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Tuesday, 10 June 2014 11:21

A visit to The Arboretum at Flagstaff

The blooms are just beginning to bud at The Arboretum at Flagstaff. In just a few weeks, it’ll be a great side trip to take on your way to the Grand Canyon. The former residence of now deceased Frances McAllister (who first came to Flagstaff by train in the 1930s and moved here permanently in 1967, after her husband, John Vickers McAllister, died), the gardens and buildings share what she learned about gardening at 7,000 feet elevation.

The place was originally used as a family mountain cabin retreat and overlooks the San Francisco Peaks. It became a public arboretum in 1981. A garden in her honor is currently under construction at the entrance and is expected to be completed in time for summer tours.

With 2,500 species of plants, 10 acres of gardens, two ponds, and a working greenhouse, there’s plenty to see amidst the ponderosa pines and quaking aspens. A research center is also on site, with the work there focusing on the ecosystems of the Colorado Plateau, which means you’ll learn about drought-resistance and the importance of growing native vegetation in a desert mountain environment.

If you’ve never been, the arboretum is located less than four miles south of Historic Route 66 on the west end of Flagstaff on Woody Mountain Road. Be prepared to drive on a gravel road, as Woody Mountain is not fully paved.

Picnic areas outside offer several shady spots to eat a packed lunch, which they welcome you to do. The Visitor Center sells gardening books, seeds, yard art, t-shirts, and other garden-related gifts items, including painted gourds. This is also where you pay for the tour. You can either take part in a guided tour or walk around the nature trails on your own. If you have a specific interest, ask the volunteer to direct you on the map.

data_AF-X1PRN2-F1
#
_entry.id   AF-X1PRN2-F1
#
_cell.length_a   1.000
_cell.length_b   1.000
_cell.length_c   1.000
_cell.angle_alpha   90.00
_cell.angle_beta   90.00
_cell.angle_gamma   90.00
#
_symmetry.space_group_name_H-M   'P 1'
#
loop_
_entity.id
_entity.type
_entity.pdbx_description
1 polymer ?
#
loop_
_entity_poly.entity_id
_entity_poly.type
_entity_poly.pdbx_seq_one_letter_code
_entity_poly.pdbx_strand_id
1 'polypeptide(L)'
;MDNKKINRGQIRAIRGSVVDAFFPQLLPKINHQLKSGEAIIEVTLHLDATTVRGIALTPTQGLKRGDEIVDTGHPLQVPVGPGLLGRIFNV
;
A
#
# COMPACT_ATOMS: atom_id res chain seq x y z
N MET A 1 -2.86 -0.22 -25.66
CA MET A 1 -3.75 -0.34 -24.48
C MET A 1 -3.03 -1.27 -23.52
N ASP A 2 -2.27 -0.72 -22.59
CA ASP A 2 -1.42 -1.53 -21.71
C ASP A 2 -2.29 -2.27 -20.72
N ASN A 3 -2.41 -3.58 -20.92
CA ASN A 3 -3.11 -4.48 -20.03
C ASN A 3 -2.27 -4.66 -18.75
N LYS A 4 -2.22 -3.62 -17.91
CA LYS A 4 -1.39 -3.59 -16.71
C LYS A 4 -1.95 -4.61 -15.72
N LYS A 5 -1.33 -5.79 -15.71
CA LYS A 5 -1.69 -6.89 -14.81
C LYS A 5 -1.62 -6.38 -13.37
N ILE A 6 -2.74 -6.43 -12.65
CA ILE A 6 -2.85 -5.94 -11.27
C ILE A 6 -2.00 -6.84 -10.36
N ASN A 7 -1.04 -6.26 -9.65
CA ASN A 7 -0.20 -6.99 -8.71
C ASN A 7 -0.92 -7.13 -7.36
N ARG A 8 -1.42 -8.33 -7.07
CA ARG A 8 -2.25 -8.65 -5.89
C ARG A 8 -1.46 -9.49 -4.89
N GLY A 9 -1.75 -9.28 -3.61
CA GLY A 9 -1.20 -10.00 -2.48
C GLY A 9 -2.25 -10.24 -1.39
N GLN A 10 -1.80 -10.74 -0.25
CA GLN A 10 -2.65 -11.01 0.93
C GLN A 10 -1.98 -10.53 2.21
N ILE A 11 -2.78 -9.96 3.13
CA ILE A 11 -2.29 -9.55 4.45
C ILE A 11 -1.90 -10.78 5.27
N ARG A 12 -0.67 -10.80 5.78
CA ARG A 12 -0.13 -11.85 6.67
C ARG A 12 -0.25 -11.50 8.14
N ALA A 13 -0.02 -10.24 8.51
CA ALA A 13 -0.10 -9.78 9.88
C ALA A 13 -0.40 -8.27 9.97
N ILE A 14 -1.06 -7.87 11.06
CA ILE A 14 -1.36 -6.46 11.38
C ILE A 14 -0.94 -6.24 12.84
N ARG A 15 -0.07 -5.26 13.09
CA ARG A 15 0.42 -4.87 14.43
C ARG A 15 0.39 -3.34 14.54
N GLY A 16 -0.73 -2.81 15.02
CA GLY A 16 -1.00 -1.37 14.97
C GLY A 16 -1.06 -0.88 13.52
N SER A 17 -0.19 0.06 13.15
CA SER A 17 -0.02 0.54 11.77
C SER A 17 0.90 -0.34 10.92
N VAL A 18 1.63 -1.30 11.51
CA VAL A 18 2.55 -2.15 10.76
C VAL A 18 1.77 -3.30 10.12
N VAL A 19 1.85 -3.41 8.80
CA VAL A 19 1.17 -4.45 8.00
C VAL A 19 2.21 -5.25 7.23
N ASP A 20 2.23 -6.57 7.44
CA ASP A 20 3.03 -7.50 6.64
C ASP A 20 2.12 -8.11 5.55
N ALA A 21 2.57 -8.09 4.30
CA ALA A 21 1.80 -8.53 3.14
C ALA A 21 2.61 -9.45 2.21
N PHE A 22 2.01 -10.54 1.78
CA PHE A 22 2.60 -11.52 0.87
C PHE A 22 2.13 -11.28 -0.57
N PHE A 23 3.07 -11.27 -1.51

If you don’t mind birds flying over your head, the Birds of Prey program is a favorite event for kids. Rangers spend some time talking about owls, hawks and raptors, and then let them fly over the crowds. That always makes me antsy, as their talons can catch the top of your head if you’re tall enough. But kids love it. If you won’t, just stand off to the side and watch. Or walk up to the ranger after the tour and meet the birds up close, perched safely and securely on a ranger’s hand.

Currently, the minute you step outside you’ll hear the Western Chorus Frogs croaking in the ponds. Common at the Mogollon Rim, they start breeding in the spring. You’ll also likely see a maze of mud trails. They look like giant-sized termite tunnels. The gofers are doing it. They’ve been particularly active this year, I’m told, and are a nuisance. One guide said she was standing with the executive director outside last week, when, all of the sudden, they witnessed a flower bud shaking in the air. No wind around, the next thing they knew, the flower was gone. A gofer had yanked it right under the ground with him as an afternoon treat.